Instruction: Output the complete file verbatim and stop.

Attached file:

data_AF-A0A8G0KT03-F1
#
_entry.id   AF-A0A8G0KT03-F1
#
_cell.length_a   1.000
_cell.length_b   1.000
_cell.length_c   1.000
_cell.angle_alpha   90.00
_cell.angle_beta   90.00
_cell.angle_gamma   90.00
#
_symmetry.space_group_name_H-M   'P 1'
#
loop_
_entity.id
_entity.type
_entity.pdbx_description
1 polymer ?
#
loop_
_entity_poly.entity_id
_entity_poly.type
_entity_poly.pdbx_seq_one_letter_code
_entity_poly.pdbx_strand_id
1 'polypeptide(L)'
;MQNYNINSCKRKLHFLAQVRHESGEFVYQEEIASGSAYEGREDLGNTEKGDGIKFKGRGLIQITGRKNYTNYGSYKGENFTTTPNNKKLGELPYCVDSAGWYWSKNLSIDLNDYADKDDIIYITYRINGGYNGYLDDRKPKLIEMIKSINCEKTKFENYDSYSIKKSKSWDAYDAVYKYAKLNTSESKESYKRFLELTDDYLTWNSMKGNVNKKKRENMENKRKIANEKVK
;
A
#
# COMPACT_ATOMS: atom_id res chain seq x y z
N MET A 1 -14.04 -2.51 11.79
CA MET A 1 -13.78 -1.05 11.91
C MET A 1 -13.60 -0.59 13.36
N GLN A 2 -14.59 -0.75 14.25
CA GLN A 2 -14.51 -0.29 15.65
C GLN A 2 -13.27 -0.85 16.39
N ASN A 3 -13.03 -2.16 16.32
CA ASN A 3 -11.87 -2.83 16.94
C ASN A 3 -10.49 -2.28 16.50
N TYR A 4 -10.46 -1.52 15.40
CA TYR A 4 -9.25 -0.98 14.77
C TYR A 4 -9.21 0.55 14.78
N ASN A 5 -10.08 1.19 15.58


data_AF-A0A8G0KT03-F1
#
_entry.id   AF-A0A8G0KT03-F1
#
_cell.length_a   1.000
_cell.length_b   1.000
_cell.length_c   1.000
_cell.angle_alpha   90.00
_cell.angle_beta   90.00
_cell.angle_gamma   90.00
#
_symmetry.space_group_name_H-M   'P 1'
#
loop_
_entity.id
_entity.type
_entity.pdbx_description
1 polymer ?
#
loop_
_entity_poly.entity_id
_entity_poly.type
_entity_poly.pdbx_seq_one_letter_code
_entity_poly.pdbx_strand_id
1 'polypeptide(L)'
;MQNYNINSCKRKLHFLAQVRHESGEFVYQEEIASGSAYEGREDLGNTEKGDGIKFKGRGLIQITGRKNYTNYGSYKGENFTTTPNNKKLGELPYCVDSAGWYWSKNLSIDLNDYADKDDIIYITYRINGGYNGYLDDRKPKLIEMIKSINCEKTKFENYDSYSIKKSKSWDAYDAVYKYAKLNTSESKESYKRFLELTDDYLTWNSMKGNVNKKKRENMENKRKIANEKVK
;
A
#
# COMPACT_ATOMS: atom_id res chain seq x y z
N MET A 1 -14.04 -2.51 11.79
CA MET A 1 -13.78 -1.05 11.91
C MET A 1 -13.60 -0.59 13.36
N GLN A 2 -14.59 -0.75 14.25
CA GLN A 2 -14.51 -0.29 15.65
C GLN A 2 -13.27 -0.85 16.39
N ASN A 3 -13.03 -2.16 16.32
CA ASN A 3 -11.87 -2.83 16.94
C ASN A 3 -10.49 -2.28 16.50
N TYR A 4 -10.46 -1.52 15.40
CA TYR A 4 -9.25 -0.98 14.77
C TYR A 4 -9.21 0.55 14.78
N ASN A 5 -10.08 1.19 15.58